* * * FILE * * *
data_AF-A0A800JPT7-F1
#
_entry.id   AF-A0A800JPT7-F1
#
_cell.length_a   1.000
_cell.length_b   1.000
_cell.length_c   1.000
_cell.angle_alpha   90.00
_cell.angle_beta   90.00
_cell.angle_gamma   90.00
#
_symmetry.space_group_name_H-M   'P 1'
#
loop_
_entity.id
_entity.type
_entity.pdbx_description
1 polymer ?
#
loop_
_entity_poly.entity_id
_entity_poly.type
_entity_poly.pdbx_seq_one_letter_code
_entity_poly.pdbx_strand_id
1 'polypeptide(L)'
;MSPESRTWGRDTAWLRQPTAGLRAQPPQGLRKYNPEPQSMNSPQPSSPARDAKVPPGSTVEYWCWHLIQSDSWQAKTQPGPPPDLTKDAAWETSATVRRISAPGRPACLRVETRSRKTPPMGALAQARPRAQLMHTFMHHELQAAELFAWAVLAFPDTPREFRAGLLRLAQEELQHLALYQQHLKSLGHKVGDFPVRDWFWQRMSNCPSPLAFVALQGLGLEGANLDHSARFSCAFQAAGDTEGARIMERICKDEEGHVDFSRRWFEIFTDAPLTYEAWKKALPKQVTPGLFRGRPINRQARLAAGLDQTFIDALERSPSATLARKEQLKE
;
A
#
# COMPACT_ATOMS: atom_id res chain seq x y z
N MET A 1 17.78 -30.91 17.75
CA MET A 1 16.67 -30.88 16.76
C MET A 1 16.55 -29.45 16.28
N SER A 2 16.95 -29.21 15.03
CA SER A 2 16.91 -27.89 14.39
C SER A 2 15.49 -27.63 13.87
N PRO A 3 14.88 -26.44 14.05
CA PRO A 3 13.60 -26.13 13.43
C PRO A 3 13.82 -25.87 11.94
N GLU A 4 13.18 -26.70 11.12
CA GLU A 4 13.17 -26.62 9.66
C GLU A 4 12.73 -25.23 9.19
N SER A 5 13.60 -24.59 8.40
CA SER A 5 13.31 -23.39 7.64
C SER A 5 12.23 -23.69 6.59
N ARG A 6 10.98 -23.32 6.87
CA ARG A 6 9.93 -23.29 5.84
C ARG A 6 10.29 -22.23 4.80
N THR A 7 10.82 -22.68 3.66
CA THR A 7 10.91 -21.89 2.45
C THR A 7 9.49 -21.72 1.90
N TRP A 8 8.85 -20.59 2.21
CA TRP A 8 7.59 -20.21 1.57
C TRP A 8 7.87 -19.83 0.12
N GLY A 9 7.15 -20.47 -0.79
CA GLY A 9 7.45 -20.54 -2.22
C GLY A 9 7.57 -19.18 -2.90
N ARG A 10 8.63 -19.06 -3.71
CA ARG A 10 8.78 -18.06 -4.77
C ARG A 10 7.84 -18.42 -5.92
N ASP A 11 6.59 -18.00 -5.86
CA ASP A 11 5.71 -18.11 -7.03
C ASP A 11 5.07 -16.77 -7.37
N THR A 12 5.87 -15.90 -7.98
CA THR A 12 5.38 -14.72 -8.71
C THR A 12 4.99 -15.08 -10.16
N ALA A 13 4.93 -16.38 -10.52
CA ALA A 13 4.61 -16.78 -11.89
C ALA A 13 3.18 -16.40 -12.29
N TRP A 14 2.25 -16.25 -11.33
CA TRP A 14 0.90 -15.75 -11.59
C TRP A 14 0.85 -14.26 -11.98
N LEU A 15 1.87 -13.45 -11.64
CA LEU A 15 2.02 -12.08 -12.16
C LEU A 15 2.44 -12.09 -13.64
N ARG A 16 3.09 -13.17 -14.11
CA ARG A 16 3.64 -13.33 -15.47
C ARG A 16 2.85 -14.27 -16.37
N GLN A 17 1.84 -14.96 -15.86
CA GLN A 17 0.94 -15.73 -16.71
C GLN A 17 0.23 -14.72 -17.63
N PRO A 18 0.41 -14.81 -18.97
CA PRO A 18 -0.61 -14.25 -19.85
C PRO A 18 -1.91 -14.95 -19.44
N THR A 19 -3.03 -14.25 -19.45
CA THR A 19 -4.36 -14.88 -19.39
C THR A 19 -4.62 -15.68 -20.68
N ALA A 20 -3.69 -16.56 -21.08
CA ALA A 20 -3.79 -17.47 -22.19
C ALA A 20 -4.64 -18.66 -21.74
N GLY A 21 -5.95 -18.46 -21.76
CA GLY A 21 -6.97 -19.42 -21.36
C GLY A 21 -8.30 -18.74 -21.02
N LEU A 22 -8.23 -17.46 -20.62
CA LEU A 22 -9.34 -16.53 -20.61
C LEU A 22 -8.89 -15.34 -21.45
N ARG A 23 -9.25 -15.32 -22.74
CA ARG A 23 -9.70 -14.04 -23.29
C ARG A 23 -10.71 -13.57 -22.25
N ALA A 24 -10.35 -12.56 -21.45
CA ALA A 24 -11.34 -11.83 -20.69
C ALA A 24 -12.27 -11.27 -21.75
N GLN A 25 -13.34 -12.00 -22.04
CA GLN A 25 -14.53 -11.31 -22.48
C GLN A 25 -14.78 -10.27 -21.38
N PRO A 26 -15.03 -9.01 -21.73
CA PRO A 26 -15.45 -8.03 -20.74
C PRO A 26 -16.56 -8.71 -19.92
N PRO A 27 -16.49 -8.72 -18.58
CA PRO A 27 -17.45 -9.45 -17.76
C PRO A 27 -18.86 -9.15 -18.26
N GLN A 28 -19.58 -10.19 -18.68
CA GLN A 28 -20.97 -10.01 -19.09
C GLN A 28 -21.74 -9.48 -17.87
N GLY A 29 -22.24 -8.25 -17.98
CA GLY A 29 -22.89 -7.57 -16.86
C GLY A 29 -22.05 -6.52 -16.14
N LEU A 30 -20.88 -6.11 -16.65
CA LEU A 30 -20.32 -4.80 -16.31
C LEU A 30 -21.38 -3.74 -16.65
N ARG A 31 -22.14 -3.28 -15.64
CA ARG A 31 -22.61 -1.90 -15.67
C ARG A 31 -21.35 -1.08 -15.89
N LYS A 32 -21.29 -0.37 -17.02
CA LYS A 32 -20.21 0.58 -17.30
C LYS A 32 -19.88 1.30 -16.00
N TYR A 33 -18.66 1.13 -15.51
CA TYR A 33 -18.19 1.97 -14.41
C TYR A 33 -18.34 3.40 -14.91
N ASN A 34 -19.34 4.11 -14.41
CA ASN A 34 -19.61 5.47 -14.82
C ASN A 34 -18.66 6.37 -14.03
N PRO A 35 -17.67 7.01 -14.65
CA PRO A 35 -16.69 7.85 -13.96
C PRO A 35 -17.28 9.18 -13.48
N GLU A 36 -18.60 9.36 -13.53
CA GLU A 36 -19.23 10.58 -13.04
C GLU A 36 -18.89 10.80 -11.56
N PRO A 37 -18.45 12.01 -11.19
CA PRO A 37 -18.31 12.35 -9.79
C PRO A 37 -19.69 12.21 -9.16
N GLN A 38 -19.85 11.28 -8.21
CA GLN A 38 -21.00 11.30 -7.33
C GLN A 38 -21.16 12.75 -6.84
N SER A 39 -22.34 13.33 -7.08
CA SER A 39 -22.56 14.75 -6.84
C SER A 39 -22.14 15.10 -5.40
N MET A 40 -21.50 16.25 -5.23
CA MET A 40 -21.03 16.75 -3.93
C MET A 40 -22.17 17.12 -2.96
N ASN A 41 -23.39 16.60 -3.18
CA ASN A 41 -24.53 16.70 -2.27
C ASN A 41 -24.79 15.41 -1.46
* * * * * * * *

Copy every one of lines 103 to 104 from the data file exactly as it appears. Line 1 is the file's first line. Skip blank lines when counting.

N GLN A 25 -13.34 -12.00 -22.04
CA GLN A 25 -14.53 -11.31 -22.48